The new Audi A3 Sportback, Kia Sorento and Land Rover Defender are among the cars that have claimed a five-star safety verdict in Euro NCAP’s latest round of testing.
The final crash tests of 2020 brought a renewed focus on “improving vehicle compatibility”, with a new Mobile Progressive Deformable Barrier (MPDB) introduced in the frontal test to evaluate how “aggressive” a car is in an impact with a smaller vehicle.
The A3 and Seat Leon – both cars that sit atop the Volkswagen Group’s MQB platform – matched the rating achieved by their Volkswagen Golf sibling at the end of 2019.
The safety-testing body said that although the duo are “in no way inferior to their famous cousin”, it was the Leon that performed most favourably in their simulations, courtesy of its “more compatible front-end design”.
Highlights for the Audi include its 89% adult occupant and 81% child occupant safety ratings, while the Seat scored 92% and 88% respectively.
The new Defender improves substantially on the safety credentials of its blocky forebear by introducing a raft of advanced driver assistance systems including automatic emergency braking and lane-keep assist, but it was marked down for its performance in the revised frontal test.
The new Sorento landed a five-star verdict, too, with its central airbag – a first for the manufacturer – and e-Call emergency response system highlighted as especially attractive features.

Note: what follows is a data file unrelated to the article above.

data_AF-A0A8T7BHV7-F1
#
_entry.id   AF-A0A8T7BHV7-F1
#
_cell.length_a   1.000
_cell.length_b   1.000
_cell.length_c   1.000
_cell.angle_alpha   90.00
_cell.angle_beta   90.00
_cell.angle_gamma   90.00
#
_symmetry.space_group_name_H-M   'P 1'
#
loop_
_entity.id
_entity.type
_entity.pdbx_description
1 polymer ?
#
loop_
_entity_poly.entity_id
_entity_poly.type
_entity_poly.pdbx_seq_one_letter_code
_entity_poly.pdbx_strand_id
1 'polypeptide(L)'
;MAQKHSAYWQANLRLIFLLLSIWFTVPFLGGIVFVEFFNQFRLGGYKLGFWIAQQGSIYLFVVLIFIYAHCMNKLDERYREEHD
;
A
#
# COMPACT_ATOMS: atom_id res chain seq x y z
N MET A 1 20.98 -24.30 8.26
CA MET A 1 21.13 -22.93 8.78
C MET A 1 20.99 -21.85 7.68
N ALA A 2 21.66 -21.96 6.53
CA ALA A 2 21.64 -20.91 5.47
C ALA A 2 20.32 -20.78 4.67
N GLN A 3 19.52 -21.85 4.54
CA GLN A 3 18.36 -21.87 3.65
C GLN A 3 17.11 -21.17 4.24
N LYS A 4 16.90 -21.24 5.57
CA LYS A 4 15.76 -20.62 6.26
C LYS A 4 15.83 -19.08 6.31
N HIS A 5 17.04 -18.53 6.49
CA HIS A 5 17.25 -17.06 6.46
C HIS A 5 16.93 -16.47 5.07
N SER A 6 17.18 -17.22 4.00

The “impressively equipped” Isuzu D-Max pick-up truck underwent crash-testing in Europe for the first time, following a successful verdict in Australia earlier this year. Its safety systems and airbags were marked out for praise, but its weight and front end, like the Defender, was deemed “aggressive to other vehicles in a collision”. Overall, it was deemed safe enough for a five-star rating.
Moving down the rankings, the Honda E missed out on a fifth star for lacking some of the advanced safety features found in its larger Jazz sibling and for sub-optimal performance in the side barrier test.
The Hyundai i10 supermini, meanwhile, fared less favourably. NCAP said that the driver’s pelvis “slipped under the lap belt” in its full-width frontal impact test and that the car has a “more limited” AEB functionality than some of its rivals.
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